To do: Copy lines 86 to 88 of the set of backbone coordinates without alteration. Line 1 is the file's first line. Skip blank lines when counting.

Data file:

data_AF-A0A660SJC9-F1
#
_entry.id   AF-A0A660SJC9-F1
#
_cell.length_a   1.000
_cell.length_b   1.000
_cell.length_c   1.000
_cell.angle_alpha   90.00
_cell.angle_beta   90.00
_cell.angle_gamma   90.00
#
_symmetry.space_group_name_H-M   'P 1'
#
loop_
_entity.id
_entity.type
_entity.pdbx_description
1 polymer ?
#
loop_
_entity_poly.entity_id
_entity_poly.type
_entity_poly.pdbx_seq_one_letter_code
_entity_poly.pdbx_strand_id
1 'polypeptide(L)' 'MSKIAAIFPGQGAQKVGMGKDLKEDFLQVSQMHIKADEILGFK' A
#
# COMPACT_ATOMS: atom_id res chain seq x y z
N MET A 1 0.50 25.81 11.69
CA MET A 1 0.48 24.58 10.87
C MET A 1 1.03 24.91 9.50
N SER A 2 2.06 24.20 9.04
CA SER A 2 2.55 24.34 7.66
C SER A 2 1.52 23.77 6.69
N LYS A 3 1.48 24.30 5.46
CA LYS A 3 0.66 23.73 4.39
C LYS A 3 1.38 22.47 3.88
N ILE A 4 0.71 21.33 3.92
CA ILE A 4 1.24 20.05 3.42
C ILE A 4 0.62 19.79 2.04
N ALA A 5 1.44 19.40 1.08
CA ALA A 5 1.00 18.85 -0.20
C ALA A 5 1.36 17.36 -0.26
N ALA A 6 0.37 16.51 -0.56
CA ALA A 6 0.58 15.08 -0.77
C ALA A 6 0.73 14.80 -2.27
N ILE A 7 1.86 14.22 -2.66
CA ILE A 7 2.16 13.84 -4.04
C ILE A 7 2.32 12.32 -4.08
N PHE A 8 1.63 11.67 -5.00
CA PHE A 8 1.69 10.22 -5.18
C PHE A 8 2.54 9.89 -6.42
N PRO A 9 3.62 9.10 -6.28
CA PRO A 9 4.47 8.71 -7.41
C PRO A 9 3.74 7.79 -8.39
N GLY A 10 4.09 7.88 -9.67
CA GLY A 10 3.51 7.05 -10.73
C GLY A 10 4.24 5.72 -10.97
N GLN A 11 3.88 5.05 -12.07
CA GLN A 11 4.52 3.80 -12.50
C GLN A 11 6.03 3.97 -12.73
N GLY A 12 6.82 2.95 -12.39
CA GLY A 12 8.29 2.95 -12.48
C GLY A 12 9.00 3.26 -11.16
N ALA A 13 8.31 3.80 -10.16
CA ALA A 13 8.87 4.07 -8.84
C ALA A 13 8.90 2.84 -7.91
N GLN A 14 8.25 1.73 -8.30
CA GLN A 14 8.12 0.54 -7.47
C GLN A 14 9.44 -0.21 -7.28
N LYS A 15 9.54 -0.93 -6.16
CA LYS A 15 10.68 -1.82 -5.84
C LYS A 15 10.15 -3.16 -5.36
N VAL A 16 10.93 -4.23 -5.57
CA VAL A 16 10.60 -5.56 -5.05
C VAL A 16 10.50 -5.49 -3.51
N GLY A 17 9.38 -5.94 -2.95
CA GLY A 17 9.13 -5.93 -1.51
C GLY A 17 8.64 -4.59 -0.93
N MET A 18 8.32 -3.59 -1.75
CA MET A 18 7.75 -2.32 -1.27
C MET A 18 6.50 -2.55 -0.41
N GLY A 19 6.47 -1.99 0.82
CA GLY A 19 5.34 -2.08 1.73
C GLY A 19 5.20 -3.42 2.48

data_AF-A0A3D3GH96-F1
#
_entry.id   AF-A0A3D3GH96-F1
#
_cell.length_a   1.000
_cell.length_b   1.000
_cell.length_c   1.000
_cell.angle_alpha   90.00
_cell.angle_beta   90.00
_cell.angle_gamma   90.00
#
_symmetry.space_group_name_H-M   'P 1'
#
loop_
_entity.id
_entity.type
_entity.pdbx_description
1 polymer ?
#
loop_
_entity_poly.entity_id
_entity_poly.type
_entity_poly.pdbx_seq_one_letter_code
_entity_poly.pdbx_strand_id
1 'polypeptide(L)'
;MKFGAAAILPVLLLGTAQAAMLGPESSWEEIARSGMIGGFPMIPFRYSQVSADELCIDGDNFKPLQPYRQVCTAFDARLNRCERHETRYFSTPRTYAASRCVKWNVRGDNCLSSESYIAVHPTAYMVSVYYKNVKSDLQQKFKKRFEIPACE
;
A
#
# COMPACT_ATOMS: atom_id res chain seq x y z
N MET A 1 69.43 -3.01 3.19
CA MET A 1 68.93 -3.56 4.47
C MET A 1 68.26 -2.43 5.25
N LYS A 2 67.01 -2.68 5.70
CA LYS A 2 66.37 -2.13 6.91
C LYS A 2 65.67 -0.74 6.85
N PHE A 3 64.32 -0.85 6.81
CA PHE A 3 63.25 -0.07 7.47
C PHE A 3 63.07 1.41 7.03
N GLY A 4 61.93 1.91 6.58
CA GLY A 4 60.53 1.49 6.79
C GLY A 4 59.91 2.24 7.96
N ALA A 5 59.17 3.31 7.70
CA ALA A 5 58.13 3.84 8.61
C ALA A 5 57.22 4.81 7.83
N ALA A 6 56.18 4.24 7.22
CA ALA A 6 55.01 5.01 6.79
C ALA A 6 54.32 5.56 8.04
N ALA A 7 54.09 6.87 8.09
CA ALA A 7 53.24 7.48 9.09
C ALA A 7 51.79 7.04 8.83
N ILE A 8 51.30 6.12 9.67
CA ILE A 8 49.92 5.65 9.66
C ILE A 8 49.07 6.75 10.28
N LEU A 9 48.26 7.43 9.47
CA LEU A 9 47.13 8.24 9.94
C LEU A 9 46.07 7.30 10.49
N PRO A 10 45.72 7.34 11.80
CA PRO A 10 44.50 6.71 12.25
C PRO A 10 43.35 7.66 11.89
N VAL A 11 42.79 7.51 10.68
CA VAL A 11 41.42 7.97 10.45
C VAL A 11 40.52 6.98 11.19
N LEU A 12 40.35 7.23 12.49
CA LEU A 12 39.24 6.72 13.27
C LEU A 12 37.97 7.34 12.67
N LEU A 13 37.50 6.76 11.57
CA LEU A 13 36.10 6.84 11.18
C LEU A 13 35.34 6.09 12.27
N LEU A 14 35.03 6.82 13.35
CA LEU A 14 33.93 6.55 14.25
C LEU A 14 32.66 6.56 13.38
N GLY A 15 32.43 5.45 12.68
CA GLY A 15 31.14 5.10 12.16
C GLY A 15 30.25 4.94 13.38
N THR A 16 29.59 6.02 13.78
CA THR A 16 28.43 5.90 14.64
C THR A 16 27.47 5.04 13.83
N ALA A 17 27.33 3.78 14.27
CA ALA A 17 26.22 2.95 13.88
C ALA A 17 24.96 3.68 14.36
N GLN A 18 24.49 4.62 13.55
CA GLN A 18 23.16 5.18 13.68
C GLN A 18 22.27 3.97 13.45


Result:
#
_entry.id   AF-A0A3D3GH96-F1
#